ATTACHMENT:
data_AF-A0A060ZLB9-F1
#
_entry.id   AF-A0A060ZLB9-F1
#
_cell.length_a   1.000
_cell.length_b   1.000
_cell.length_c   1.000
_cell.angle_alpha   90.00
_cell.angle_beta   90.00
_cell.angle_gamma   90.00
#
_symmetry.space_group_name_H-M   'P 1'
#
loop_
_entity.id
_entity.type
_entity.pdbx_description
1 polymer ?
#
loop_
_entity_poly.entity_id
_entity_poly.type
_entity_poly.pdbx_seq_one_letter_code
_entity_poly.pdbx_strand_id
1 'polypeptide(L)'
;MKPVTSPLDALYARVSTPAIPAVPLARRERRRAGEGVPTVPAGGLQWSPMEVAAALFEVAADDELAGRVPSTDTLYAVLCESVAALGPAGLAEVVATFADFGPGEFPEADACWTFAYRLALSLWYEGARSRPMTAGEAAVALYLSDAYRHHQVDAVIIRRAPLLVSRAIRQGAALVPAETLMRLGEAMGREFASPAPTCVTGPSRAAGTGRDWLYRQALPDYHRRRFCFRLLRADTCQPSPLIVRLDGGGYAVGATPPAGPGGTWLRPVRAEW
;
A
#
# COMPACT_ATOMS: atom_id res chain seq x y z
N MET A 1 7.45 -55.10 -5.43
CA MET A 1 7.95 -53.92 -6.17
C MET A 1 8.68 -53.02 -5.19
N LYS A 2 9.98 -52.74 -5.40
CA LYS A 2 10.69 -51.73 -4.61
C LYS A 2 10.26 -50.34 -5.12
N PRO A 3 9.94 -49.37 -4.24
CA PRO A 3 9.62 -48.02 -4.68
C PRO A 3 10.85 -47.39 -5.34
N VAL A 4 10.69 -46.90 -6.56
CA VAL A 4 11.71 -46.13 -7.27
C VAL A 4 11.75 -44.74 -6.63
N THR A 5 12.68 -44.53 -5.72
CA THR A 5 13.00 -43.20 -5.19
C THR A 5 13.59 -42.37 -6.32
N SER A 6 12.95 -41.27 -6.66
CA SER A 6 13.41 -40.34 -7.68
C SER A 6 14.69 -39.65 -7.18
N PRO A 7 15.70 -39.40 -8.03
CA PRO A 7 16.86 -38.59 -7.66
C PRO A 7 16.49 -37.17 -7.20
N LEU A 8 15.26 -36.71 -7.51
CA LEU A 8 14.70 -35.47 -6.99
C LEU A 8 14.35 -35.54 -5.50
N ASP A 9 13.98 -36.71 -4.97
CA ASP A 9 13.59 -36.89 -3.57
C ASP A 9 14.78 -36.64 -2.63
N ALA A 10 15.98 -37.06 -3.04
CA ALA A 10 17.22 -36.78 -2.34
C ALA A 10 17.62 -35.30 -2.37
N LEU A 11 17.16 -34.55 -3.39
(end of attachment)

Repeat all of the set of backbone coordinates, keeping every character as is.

data_AF-A0A060ZLB9-F1
#
_entry.id   AF-A0A060ZLB9-F1
#
_cell.length_a   1.000
_cell.length_b   1.000
_cell.length_c   1.000
_cell.angle_alpha   90.00
_cell.angle_beta   90.00
_cell.angle_gamma   90.00
#
_symmetry.space_group_name_H-M   'P 1'
#
loop_
_entity.id
_entity.type
_entity.pdbx_description
1 polymer ?
#
loop_
_entity_poly.entity_id
_entity_poly.type
_entity_poly.pdbx_seq_one_letter_code
_entity_poly.pdbx_strand_id
1 'polypeptide(L)'
;MKPVTSPLDALYARVSTPAIPAVPLARRERRRAGEGVPTVPAGGLQWSPMEVAAALFEVAADDELAGRVPSTDTLYAVLCESVAALGPAGLAEVVATFADFGPGEFPEADACWTFAYRLALSLWYEGARSRPMTAGEAAVALYLSDAYRHHQVDAVIIRRAPLLVSRAIRQGAALVPAETLMRLGEAMGREFASPAPTCVTGPSRAAGTGRDWLYRQALPDYHRRRFCFRLLRADTCQPSPLIVRLDGGGYAVGATPPAGPGGTWLRPVRAEW
;
A
#
# COMPACT_ATOMS: atom_id res chain seq x y z
N MET A 1 7.45 -55.10 -5.43
CA MET A 1 7.95 -53.92 -6.17
C MET A 1 8.68 -53.02 -5.19
N LYS A 2 9.98 -52.74 -5.40
CA LYS A 2 10.69 -51.73 -4.61
C LYS A 2 10.26 -50.34 -5.12
N PRO A 3 9.94 -49.37 -4.24
CA PRO A 3 9.62 -48.02 -4.68
C PRO A 3 10.85 -47.39 -5.34
N VAL A 4 10.69 -46.90 -6.56
CA VAL A 4 11.71 -46.13 -7.27
C VAL A 4 11.75 -44.74 -6.63
N THR A 5 12.68 -44.53 -5.72
CA THR A 5 13.00 -43.20 -5.19
C THR A 5 13.59 -42.37 -6.32
N SER A 6 12.95 -41.27 -6.66
CA SER A 6 13.41 -40.34 -7.68
C SER A 6 14.69 -39.65 -7.18
N PRO A 7 15.70 -39.40 -8.03
CA PRO A 7 16.86 -38.59 -7.66
C PRO A 7 16.49 -37.17 -7.20
N LEU A 8 15.26 -36.71 -7.51
CA LEU A 8 14.70 -35.47 -6.99
C LEU A 8 14.35 -35.54 -5.50
N ASP A 9 13.98 -36.71 -4.97
CA ASP A 9 13.59 -36.89 -3.57
C ASP A 9 14.78 -36.64 -2.63
N ALA A 10 15.98 -37.06 -3.04
CA ALA A 10 17.22 -36.78 -2.34
C ALA A 10 17.62 -35.30 -2.37
N LEU A 11 17.16 -34.55 -3.39